The Cambridge World History of Food
(2-Volume Boxed Set)
by Kenneth F. Kiple, Kriemhild Coneè Ornelas (Editors)
Have the French always enjoyed their renowned cuisine? When did Russians begin to eat pirogi? What was the first Indonesian spice to be cultivated elsewhere in the world? Questions such as these make for good Jeopardy material, but they're far from trivial--just ask anyone with a passion for good food and a curiosity for where that food originated.
That person will know instinctively that the best way to approach a culture--and, indeed, the human animal--is through the stomach. For this individual, The Cambridge World History of Food will be something of a bible, and the best of gifts.
A massive scholarly tome in two volumes and more than 2,000 pages, the CWHF encompasses a wealth of learning that touches on nearly every aspect of human life. (It also reveals the answers to the three earlier questions: No, French cuisine as we know it is a 19th-century development; in the 16th century, following the conquest of the Volga Tatar; ginger, in colonial Mexico.) Thoroughly researched and highly accessible despite its formidable layout, the set addresses a groaning board of topics past and present, from the diet of prehistoric humans to the role of iron in combating disease; from the domestication of animals to the spread of once-isolated ethnic cuisines in a fast-globalizing world. Of greatest interest to general readers is its concluding section--a dictionary of the world's food plants, which gives brief accounts of items both common and exotic, from abalong to Zuttano avocado.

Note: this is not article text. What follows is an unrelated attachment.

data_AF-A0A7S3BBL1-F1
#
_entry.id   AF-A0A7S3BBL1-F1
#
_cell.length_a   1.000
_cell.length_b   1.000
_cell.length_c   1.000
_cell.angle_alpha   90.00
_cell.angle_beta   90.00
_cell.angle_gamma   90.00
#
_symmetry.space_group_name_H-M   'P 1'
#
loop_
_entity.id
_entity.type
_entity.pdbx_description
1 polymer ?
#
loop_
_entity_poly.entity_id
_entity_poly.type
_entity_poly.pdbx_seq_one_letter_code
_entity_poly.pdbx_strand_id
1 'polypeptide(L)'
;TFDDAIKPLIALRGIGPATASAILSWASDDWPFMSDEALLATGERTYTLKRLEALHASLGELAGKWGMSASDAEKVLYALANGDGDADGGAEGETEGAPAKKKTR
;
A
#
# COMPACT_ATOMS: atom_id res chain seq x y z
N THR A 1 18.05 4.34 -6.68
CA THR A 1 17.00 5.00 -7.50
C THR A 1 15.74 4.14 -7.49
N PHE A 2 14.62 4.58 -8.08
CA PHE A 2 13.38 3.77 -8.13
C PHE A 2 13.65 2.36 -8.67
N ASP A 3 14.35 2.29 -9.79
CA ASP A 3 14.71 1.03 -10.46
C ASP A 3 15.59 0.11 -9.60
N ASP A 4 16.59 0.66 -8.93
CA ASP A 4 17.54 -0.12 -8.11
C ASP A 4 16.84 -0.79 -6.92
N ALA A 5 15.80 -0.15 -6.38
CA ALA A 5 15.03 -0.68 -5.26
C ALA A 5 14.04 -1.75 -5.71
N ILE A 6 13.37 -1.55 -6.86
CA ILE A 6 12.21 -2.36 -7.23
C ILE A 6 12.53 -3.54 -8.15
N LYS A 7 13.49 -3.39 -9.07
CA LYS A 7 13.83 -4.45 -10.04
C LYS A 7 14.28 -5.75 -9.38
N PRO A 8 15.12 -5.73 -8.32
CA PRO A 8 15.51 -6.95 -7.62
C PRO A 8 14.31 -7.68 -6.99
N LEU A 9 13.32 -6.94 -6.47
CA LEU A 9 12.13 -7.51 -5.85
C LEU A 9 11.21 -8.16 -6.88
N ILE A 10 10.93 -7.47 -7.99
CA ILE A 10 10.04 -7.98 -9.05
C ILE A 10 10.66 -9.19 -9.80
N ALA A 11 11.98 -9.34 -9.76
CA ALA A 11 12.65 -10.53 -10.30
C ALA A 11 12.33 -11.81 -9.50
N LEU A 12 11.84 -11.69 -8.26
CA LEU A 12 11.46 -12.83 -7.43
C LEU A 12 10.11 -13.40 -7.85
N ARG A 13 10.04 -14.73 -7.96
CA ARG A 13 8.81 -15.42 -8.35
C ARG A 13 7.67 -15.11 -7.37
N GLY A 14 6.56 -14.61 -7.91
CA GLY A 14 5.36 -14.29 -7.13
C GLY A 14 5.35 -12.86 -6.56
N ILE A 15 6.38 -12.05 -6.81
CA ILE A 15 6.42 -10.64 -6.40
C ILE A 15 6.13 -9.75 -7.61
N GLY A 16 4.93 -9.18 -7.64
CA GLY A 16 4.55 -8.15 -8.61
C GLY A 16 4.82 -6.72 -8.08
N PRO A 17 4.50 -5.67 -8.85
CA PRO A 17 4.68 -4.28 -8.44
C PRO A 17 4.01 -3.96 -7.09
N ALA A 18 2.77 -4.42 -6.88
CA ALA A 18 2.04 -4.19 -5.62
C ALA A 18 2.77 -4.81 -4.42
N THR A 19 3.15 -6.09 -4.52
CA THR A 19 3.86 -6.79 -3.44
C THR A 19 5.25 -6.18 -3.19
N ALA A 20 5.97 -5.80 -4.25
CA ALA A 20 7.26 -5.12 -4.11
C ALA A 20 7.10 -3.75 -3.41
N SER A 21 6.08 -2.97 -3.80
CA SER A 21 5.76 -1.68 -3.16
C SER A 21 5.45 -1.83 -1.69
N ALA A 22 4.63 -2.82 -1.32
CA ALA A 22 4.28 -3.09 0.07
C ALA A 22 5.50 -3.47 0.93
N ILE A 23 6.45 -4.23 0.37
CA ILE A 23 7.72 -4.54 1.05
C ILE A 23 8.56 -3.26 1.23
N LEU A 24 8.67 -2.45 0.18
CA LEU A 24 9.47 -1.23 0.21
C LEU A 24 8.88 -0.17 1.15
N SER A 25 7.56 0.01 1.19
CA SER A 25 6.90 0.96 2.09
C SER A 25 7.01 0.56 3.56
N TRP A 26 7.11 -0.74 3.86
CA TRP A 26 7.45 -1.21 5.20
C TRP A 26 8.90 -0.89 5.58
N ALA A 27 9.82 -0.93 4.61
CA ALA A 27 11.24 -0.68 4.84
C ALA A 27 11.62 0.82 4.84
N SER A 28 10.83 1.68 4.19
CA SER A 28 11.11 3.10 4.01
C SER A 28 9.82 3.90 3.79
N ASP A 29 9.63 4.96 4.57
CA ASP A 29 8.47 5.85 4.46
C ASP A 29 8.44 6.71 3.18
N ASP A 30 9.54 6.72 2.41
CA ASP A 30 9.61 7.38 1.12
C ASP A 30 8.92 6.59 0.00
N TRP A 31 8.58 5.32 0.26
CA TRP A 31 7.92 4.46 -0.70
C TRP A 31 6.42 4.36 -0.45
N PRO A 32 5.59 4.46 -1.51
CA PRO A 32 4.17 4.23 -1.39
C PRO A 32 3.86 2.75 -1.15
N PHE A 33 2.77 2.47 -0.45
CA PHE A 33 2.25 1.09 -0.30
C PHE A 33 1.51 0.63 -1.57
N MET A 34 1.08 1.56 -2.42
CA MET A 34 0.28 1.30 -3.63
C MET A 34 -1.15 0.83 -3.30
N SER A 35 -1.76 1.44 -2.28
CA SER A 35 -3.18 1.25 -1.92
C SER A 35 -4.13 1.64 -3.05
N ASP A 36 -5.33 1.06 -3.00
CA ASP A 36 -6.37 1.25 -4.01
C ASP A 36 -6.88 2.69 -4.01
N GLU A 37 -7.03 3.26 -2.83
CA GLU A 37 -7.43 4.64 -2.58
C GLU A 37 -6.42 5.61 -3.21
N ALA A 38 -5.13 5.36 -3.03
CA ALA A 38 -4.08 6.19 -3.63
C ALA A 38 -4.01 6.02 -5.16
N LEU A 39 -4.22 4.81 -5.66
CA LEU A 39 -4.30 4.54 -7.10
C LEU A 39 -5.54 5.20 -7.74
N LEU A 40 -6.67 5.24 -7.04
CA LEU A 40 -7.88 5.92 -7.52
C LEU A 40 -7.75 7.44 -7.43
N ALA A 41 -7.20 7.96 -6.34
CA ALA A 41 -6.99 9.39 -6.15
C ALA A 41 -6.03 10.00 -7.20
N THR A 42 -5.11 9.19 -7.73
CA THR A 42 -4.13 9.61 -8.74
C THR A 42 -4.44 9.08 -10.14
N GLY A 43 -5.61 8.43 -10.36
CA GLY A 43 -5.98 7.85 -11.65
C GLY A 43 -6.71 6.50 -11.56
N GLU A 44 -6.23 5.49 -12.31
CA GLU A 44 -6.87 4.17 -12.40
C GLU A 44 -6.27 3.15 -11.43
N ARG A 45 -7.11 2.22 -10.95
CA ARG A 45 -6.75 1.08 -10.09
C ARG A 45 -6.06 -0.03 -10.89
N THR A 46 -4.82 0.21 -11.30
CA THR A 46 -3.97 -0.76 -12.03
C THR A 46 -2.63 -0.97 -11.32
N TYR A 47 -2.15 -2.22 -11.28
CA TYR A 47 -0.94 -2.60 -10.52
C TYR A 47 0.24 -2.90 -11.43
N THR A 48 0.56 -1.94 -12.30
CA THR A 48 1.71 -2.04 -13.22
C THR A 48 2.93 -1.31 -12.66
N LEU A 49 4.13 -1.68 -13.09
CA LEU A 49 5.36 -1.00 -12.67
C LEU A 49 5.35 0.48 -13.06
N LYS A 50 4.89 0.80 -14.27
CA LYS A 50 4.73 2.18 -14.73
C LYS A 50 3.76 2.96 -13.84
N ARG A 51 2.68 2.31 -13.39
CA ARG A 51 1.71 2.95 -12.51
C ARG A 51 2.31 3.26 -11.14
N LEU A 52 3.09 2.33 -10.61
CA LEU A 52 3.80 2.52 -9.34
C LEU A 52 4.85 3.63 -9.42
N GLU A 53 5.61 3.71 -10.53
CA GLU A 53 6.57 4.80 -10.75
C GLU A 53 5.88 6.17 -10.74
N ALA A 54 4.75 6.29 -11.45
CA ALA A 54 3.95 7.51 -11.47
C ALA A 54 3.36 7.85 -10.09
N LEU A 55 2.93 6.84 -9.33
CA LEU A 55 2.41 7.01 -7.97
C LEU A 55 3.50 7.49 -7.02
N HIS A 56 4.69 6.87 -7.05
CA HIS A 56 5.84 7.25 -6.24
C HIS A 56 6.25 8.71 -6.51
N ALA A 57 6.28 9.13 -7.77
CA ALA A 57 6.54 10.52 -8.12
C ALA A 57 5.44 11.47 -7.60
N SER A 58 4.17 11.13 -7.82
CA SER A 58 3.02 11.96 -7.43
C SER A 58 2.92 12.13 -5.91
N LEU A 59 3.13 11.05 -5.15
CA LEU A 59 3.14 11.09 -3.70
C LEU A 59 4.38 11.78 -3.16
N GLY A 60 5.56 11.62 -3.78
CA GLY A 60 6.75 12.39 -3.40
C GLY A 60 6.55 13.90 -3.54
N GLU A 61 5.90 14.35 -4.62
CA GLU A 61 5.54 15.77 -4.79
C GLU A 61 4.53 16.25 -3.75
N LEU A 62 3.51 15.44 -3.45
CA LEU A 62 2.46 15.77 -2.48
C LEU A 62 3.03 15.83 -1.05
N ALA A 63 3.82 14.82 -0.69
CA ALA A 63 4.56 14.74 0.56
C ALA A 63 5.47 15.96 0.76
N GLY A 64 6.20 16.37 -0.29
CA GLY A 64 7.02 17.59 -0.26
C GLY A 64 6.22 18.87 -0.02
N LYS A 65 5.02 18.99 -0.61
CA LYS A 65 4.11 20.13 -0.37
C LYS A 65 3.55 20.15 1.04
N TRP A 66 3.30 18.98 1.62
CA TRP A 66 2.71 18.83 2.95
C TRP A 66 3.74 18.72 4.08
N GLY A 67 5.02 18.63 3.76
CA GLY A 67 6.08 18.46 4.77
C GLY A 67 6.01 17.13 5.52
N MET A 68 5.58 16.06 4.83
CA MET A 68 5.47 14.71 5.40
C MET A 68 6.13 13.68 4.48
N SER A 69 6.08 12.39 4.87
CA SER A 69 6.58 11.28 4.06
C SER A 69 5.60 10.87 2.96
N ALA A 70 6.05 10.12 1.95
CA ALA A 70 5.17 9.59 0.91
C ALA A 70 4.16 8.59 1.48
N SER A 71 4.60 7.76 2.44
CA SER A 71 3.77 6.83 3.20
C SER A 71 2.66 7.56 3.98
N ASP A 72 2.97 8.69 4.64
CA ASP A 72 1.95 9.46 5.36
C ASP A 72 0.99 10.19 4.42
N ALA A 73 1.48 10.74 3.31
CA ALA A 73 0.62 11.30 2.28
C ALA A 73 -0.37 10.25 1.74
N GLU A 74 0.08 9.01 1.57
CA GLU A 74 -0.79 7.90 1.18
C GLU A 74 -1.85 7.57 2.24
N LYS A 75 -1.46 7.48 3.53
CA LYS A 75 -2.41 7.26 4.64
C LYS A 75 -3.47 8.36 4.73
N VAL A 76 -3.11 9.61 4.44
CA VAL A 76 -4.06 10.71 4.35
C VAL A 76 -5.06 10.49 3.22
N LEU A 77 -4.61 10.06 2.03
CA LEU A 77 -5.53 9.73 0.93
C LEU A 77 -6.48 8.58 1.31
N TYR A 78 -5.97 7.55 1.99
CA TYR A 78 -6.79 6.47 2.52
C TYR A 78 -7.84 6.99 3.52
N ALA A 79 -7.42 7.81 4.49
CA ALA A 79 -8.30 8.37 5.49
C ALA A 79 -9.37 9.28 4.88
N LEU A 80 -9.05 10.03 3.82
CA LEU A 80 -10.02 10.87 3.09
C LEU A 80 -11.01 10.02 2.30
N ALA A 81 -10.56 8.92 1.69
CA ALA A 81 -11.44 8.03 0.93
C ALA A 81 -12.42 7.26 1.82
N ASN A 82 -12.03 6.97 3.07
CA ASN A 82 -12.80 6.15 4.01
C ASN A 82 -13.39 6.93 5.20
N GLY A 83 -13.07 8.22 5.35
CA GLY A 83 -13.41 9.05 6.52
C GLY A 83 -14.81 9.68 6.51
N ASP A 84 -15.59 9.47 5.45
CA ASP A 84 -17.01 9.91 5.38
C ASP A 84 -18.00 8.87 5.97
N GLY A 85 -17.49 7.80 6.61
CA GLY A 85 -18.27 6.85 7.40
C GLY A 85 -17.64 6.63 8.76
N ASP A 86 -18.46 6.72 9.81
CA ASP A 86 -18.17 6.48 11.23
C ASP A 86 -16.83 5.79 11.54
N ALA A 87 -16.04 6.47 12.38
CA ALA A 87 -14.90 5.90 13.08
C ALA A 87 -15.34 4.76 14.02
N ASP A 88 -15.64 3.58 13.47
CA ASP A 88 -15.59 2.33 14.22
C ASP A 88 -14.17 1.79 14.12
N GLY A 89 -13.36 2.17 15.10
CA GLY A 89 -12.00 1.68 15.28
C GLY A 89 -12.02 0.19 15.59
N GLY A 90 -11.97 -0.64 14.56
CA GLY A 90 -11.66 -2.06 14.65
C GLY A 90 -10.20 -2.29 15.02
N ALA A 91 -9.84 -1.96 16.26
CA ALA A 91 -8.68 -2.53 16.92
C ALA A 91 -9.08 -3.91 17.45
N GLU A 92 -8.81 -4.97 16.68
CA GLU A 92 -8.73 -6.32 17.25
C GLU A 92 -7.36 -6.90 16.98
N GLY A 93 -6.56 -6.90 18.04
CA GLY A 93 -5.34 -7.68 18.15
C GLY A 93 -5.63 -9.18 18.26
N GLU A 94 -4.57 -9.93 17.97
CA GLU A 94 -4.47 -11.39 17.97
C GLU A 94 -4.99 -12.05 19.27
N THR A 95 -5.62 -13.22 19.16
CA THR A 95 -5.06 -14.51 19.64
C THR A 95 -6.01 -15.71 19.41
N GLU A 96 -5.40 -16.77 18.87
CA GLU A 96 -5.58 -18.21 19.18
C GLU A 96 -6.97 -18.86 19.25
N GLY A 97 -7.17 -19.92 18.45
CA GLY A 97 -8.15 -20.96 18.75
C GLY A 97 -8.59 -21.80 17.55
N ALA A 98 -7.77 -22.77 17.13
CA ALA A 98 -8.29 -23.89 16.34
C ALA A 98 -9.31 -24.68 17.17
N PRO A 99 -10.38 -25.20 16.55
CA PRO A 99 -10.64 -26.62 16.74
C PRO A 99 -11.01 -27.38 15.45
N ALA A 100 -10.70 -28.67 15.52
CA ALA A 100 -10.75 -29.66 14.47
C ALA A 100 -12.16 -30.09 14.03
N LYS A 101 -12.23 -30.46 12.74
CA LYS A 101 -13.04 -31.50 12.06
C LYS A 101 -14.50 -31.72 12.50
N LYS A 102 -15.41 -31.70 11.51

The product of seven years of research, writing, and editing on the part of more than 200 authors, The Cambridge World History of Food promises to become a standard reference for social scientists, economists, nutritionists, and other scholars--and for cooks and diners seeking to deepen their knowledge of the materials they use and consume.
--Gregory McNamee, Amazon.com